Six Words on War: mini-memoirs reveal how to communicate with impact in a media-saturated age
Is it possible to create an arresting intimacy in a matter of words? Larry Smith’s Six-Word Memoir Project, an Internet hit turned New York Times best seller, continues to surprise readers — and it reveals both the potential for crowd-sourced idea generation and opportunities to communicate for impact in the digital age.
“On 9/11 in New York, everyone was in the subway sobbing over their newspapers,” explained Smith. “Not over foreign policy, but over small portraits of grief and individual stories.” He translated this idea to the web when his Smith magazine launched the project, asking readers to send in six-word memoirs to be featured on the site. “Initially we thought we’d do it as a month-long contest,” Smith said. “But then thousands were pouring in. We kept on featuring them.”
The Six-Word Memoir Project has been successful because it allows people to broach conversations that may be daunting or intimidating to take on in a longer forum. This is particularly true for Six Words on Coming Home from War, the recently launched collaboration between the Six-Word Memoir Project and Iraq and Afghanistan Veterans of America (IAVA).
“You read a memoir like, ‘Look how big you have gotten’ and, whether you are a vet or not a vet, for, or against the war, you read this and you know what has happened,” Smith said. “It hits you in such a straightforward way.”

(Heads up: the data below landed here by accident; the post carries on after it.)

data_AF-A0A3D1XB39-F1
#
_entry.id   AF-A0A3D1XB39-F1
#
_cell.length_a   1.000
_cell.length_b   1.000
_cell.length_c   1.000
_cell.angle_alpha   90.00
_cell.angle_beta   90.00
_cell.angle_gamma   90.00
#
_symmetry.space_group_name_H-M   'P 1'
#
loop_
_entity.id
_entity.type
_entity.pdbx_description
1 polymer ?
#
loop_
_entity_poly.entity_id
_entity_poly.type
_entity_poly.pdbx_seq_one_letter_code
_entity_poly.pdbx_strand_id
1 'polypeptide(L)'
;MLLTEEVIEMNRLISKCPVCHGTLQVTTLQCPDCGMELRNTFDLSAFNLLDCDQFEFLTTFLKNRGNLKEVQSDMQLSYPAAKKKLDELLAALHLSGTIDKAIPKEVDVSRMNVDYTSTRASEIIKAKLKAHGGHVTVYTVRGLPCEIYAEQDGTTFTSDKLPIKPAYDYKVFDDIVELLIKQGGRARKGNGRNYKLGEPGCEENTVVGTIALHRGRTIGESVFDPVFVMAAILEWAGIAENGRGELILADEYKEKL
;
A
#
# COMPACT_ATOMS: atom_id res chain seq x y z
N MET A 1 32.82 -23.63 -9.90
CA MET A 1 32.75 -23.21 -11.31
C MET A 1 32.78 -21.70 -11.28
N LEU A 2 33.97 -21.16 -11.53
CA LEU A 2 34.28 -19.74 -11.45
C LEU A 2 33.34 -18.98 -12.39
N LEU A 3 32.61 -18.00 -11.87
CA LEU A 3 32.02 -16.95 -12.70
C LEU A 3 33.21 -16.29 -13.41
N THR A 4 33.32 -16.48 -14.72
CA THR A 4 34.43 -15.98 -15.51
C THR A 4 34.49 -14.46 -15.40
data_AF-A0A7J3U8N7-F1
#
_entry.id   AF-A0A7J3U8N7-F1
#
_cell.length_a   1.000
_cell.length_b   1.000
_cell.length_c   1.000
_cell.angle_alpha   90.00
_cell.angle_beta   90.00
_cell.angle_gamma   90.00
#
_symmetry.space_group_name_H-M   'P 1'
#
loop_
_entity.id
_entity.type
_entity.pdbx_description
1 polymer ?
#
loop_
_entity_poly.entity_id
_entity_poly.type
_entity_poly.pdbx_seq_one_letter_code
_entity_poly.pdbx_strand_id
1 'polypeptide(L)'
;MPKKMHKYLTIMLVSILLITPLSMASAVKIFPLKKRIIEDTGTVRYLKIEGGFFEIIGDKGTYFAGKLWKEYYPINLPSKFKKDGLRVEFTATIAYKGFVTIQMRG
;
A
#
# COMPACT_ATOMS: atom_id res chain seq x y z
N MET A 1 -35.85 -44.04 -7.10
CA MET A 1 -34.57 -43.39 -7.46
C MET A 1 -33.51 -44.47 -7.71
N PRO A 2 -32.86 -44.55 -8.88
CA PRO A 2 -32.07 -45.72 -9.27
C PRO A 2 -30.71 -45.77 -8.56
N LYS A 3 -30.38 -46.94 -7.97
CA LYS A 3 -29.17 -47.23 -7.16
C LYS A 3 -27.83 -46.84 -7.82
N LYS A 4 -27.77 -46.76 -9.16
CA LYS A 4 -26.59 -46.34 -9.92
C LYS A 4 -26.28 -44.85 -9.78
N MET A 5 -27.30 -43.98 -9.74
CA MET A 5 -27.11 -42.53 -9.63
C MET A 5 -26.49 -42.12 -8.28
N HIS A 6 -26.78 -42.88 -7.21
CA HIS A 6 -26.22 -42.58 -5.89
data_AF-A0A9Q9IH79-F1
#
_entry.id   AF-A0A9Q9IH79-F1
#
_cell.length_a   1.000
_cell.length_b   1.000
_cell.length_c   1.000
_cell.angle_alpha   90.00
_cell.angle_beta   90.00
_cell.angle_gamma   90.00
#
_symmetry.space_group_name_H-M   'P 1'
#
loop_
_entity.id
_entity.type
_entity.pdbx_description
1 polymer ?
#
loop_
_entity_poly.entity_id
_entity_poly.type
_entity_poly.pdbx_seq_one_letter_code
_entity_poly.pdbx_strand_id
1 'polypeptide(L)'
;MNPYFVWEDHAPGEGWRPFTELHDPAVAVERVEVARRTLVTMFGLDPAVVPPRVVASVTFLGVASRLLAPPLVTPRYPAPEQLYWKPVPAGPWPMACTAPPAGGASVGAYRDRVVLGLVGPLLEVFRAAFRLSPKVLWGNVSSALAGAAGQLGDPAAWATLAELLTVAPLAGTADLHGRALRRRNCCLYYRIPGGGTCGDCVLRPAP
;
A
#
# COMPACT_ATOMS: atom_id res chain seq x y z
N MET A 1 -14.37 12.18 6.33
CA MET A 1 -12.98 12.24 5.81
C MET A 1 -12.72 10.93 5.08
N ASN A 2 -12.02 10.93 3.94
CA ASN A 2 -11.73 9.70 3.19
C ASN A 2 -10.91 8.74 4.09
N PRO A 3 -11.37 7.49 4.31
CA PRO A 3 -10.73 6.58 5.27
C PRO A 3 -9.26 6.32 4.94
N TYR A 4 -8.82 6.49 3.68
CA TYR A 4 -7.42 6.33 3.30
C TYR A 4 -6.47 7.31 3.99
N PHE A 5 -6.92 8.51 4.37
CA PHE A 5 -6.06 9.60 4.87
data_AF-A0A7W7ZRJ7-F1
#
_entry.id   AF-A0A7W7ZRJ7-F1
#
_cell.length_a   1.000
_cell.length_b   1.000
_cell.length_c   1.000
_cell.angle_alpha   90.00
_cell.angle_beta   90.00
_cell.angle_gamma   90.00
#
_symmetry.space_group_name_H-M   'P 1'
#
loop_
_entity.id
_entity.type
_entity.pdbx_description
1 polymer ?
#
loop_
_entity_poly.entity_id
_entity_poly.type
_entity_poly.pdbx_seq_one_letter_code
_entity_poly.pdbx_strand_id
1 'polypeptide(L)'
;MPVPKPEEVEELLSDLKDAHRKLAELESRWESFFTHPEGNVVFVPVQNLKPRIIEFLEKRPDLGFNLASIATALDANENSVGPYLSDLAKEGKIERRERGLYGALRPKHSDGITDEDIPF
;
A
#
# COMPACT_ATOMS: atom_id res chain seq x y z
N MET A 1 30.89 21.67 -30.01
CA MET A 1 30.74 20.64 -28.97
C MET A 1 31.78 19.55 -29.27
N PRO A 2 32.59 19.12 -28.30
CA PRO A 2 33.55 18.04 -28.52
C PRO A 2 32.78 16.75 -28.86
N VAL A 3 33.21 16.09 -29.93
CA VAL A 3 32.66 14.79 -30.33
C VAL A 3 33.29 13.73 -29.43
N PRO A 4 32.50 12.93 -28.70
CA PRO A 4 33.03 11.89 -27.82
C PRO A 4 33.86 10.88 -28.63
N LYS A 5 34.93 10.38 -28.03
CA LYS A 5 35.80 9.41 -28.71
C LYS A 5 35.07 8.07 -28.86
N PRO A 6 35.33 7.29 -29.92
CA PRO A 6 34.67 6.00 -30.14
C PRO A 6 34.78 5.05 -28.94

In our information-overload age, limitations and parameters can help people communicate stories they would struggle to otherwise, Smith said. The word constraint helps authors to sharpen their experiences and ideas down to an essence.
With over two million vets from the Iraq and Afghanistan war and a shortage of venues for them to publicly try to make sense of war, the project provides an opportunity for them to convey the wartime experience to an increasingly wary and distracted American audience. “The idea of war is so big that it’s hard to start talking, to get it out, and people don’t have that much time to hear your response,” Smith said. “So where do you start? You may as well start with six words. Whether it’s war or whatever topic, it’s the beginning of a conversation.”